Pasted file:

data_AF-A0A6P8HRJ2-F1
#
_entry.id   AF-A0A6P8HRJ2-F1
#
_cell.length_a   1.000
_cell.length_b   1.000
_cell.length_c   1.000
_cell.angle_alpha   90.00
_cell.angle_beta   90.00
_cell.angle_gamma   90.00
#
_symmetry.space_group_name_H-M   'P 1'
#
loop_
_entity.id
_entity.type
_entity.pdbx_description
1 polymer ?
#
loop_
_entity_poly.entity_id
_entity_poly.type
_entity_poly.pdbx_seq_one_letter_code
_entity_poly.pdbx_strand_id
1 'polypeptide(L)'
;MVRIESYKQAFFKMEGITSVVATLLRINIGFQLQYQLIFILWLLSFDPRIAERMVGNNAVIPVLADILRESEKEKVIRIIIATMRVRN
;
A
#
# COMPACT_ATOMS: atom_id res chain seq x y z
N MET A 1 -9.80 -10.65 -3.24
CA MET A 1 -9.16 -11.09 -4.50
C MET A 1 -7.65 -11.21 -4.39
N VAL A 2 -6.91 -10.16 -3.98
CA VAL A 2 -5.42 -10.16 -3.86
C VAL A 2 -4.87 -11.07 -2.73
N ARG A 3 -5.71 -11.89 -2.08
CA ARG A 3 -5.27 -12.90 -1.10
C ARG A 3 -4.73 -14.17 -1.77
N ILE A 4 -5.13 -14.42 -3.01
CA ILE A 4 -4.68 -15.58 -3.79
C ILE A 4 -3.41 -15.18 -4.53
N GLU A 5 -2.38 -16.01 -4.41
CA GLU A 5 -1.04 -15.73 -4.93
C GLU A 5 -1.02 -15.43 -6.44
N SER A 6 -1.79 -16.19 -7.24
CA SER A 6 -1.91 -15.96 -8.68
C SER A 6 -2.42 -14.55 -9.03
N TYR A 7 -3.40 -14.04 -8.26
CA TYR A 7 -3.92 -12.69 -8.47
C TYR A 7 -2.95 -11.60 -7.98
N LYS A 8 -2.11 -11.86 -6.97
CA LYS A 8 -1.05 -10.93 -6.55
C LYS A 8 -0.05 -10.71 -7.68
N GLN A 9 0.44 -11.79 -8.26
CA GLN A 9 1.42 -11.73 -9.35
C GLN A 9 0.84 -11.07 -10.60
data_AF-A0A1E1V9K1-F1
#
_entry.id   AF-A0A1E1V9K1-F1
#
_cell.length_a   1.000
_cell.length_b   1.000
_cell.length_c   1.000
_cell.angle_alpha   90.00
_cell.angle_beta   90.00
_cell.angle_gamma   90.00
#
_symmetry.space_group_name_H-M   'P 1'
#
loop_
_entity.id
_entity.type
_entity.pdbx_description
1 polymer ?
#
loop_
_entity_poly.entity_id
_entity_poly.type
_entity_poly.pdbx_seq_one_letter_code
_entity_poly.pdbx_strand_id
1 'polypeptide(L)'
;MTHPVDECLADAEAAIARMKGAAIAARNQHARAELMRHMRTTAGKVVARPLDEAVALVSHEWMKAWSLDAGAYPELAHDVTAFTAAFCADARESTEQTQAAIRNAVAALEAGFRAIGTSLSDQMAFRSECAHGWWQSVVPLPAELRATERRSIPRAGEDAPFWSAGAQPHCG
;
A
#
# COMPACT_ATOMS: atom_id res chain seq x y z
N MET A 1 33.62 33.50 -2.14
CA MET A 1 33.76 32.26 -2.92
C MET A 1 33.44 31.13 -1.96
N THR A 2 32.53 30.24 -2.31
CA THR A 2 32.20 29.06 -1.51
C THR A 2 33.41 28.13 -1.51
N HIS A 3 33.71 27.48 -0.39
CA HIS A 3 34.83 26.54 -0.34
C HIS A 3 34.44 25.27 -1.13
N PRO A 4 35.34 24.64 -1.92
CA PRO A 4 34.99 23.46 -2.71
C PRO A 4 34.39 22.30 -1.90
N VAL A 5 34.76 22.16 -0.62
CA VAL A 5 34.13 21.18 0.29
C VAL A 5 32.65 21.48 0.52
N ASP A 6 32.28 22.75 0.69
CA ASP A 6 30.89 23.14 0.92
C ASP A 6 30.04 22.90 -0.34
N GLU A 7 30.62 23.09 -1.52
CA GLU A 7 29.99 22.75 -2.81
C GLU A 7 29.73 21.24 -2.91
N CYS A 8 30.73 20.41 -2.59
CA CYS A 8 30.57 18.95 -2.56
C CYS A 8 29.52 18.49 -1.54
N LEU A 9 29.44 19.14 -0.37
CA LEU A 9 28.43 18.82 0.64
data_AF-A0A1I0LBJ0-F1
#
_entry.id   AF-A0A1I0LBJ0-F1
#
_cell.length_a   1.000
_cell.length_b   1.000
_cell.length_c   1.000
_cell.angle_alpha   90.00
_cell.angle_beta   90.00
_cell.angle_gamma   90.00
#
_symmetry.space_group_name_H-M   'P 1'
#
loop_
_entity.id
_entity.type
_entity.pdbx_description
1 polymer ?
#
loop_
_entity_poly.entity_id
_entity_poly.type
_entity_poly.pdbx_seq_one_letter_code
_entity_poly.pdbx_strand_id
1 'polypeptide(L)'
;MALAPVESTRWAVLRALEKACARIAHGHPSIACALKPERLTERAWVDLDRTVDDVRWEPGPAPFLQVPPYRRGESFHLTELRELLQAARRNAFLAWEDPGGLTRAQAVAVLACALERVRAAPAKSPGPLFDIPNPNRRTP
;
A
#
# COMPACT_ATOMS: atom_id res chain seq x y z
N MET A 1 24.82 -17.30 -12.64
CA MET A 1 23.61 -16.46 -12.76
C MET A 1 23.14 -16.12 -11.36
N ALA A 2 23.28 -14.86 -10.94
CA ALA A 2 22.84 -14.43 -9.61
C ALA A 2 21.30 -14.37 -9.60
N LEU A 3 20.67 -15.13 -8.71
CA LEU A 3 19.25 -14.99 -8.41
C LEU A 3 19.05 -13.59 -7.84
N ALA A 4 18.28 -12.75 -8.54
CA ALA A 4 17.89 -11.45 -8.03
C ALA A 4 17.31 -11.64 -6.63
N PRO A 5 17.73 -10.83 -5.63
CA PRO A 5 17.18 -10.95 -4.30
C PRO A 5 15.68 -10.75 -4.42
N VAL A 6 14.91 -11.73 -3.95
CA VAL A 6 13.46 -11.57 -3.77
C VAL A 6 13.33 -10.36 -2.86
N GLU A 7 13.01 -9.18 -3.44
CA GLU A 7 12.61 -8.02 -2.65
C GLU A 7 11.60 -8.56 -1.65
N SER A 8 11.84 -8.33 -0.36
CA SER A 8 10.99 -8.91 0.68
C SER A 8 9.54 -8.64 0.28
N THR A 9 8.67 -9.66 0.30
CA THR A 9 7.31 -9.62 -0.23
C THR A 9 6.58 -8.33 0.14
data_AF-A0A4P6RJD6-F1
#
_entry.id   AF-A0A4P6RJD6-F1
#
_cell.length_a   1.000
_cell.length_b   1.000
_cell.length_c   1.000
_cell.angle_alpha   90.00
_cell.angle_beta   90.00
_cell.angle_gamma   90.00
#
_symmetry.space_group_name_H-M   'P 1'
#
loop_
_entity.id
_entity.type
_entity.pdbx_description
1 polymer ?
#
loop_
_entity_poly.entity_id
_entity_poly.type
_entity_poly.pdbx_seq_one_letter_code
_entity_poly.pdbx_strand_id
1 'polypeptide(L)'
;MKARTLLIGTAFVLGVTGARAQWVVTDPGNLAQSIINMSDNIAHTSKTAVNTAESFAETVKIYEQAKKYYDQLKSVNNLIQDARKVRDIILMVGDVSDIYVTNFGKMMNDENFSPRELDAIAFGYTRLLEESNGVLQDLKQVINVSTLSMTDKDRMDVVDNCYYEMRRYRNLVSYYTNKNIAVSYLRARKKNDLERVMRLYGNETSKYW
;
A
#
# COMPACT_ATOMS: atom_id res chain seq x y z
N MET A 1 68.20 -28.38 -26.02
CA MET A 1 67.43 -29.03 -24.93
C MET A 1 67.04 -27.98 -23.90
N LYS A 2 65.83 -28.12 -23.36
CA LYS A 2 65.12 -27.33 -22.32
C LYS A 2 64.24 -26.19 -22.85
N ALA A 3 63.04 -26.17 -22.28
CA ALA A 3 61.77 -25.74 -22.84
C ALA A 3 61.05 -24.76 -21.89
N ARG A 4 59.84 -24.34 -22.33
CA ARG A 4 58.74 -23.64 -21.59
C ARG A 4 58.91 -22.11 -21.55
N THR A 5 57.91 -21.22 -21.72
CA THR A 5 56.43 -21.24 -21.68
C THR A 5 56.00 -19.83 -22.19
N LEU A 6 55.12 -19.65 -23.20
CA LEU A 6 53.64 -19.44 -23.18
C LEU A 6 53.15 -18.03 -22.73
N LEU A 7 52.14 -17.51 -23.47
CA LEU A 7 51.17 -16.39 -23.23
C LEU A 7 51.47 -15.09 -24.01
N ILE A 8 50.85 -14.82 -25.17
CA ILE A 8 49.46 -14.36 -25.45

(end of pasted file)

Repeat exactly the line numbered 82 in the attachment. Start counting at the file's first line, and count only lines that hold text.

1 'polypeptide(L)'